So reactionary whites took a different tack. The same people who had bitterly and publicly complained about Black Americans participating in society as equal to whites began to argue that their problem with Black voting was not about race, but rather about class. They said that they objected to poor voters being able to elect leaders who promised to deliver services or public improvements, like schools and roads, that could be paid for only by taxes, levied on property holders.

In the South of the post-Civil War years, almost all property holders were white. They argued that Black voting amounted to a redistribution of wealth from hardworking white men to poor Black people. It was, they insisted, “socialism,” or, after workers in Paris created a Commune in 1871, “communism.”

This is the origin of the American obsession with “socialism,” more than 40 years before Russia’s Bolshevik Revolution.

Since that time, Americans have cried “socialism” whenever ordinary Americans try to use the government to level the economic playing field by calling for business regulation – which will cost tax dollars by requiring bureaucrats – or for schools and roads, or by asking for a basic social safety net. But the public funding of roads and education and health care is not the same thing as government taking over the means of production. Rather, it is an attempt to prevent a small oligarchy from using the government to gather power to themselves, cutting off the access of ordinary Americans to resources, a chance to rise, and, ultimately, to equality before the law.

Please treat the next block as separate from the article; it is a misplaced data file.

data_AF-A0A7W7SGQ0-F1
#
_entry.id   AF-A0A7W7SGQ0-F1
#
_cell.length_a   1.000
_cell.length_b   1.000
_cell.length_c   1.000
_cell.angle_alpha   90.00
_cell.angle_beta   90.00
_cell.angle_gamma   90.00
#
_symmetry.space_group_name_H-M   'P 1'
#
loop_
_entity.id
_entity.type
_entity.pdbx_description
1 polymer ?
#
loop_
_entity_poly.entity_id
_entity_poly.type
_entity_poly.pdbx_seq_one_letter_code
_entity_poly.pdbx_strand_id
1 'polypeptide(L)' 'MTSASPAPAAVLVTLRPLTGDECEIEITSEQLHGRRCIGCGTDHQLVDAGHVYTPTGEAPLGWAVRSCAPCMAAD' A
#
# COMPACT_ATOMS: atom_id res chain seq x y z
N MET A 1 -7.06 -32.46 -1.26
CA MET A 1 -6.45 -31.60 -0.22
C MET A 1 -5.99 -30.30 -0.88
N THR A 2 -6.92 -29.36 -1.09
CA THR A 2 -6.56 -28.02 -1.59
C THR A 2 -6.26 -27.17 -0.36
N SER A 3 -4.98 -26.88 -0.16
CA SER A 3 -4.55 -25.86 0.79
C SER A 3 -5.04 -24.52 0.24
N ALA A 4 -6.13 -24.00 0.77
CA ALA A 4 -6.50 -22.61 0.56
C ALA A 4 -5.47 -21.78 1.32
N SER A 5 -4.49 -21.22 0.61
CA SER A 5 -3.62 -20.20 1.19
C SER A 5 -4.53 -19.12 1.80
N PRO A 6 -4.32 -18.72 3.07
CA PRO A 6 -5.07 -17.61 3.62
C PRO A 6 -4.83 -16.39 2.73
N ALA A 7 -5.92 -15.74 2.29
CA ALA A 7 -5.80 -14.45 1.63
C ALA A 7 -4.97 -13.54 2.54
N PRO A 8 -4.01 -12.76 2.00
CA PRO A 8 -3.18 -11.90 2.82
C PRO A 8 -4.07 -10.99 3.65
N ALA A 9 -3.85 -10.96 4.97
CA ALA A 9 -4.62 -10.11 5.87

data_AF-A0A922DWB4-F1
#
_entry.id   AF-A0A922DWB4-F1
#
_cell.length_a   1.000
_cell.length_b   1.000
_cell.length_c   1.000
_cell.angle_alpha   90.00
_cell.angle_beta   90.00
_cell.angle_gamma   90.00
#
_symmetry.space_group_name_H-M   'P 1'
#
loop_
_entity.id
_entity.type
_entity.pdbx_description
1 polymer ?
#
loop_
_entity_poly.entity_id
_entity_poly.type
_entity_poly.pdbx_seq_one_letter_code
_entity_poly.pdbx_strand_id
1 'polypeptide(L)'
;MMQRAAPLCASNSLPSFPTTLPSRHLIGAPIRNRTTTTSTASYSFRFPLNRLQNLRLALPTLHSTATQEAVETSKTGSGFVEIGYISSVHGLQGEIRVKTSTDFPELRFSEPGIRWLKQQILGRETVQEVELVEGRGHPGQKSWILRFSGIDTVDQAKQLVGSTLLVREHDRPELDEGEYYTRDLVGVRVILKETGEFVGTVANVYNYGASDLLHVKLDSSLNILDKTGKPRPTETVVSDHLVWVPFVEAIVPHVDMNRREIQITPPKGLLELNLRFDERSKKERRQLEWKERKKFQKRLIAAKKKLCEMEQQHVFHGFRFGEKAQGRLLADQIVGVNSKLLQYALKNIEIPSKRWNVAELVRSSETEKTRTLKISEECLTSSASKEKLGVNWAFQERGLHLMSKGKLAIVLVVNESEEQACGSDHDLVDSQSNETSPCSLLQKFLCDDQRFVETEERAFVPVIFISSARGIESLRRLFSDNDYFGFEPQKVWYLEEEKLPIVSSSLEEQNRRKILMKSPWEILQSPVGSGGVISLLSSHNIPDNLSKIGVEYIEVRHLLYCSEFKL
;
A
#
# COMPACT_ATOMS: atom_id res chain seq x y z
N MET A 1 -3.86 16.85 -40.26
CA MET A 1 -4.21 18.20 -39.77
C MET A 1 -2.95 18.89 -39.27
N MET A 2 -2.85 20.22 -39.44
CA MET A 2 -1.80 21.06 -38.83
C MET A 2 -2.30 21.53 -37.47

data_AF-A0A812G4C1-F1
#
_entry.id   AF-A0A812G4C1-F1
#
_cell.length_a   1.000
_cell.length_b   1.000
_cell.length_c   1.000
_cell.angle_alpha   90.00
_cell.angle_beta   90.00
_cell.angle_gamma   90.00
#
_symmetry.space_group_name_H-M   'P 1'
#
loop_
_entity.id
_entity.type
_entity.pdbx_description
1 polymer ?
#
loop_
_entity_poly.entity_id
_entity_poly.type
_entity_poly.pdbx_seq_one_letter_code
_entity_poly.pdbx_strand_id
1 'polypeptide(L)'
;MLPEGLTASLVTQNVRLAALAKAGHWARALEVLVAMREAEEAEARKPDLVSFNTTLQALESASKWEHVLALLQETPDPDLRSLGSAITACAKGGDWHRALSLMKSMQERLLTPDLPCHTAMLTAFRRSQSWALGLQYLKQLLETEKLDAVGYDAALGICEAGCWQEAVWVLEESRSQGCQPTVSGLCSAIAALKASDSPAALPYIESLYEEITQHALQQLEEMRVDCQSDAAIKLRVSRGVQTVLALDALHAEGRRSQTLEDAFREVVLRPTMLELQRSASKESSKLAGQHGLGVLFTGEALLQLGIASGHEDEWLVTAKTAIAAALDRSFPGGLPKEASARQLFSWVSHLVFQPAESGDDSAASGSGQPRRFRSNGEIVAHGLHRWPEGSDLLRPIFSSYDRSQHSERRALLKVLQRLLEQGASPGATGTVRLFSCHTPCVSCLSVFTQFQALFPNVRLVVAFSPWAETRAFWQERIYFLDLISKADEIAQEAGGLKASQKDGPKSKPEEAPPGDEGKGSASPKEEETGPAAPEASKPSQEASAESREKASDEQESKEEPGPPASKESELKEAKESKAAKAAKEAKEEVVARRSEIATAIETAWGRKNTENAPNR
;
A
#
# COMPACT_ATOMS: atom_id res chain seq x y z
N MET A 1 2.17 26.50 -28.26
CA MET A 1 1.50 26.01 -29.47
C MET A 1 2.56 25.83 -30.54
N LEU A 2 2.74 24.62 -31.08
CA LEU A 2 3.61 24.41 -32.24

Heather Cox Richardson
via Facebook
October 27, 2020

Related Off-site Links
Biden Is No Socialist, as Trump Claims. But I Know an Autocrat When I See One – Andres Oppenheimer (The Miami Herald, October 23, 2020).
Socialists Must Be the Champions of Freedom – David Harvey (Jacobin, October 22, 2020).
Joe Biden Is No Socialist; Donald Trump Is No Capitalist – Dave Anderson (, October 20, 2020).
Trump’s False Claim That Biden Is a Socialist – Amy Sherman (Politifact, October 15, 2020).
Why Trump’s Efforts to Paint Biden as a Socialist Are Not Working – Jim Tankersley (The New York Times, October 14, 2020).
Trump Campaign Launches ‘Fighters Against Socialism’ Bus Tour in Tampa – William March (Tampa Bay Times, October 11, 2020).
In Peak 2020 Irony, President Trump Launched a Socialist-Type Program That Dwarfs Sanders’ Agenda – Jack Kelly (Forbes, April 13, 2020).
There Are No Libertarians in an Epidemic – Peter Nicholas (The Atlantic, March 10, 2020).
Three Cheers for Socialism: Christian Love and Political Practice – David Bentley Hart (Commonweal, February 24, 2020).
Trump Is the Worst Kind of Socialist – Bernie Sanders (The Wall Street Journal, June 26, 2019).

See also the previous Wild Reed posts:
Phillip Clark: Quote of the Day – April 15, 2020
Bernie Sanders: Quote of the Day – June 12, 2019
Jonty Langley: Quote of the Day – August 17, 2011
A Timely Reminder
Martin Luther King, Jr. and Democratic Socialism
Something to Think About – December 14, 2011
A Socialist Perspective on the “Democratic Debacle” in Massachusetts
Obama a Socialist? Hardly
Obama, Ayers, the “S” Word, and the “Most Politically Backward Layers in America”
A Socialist Response to the 2008 Financial Crisis
Capitalism on Trial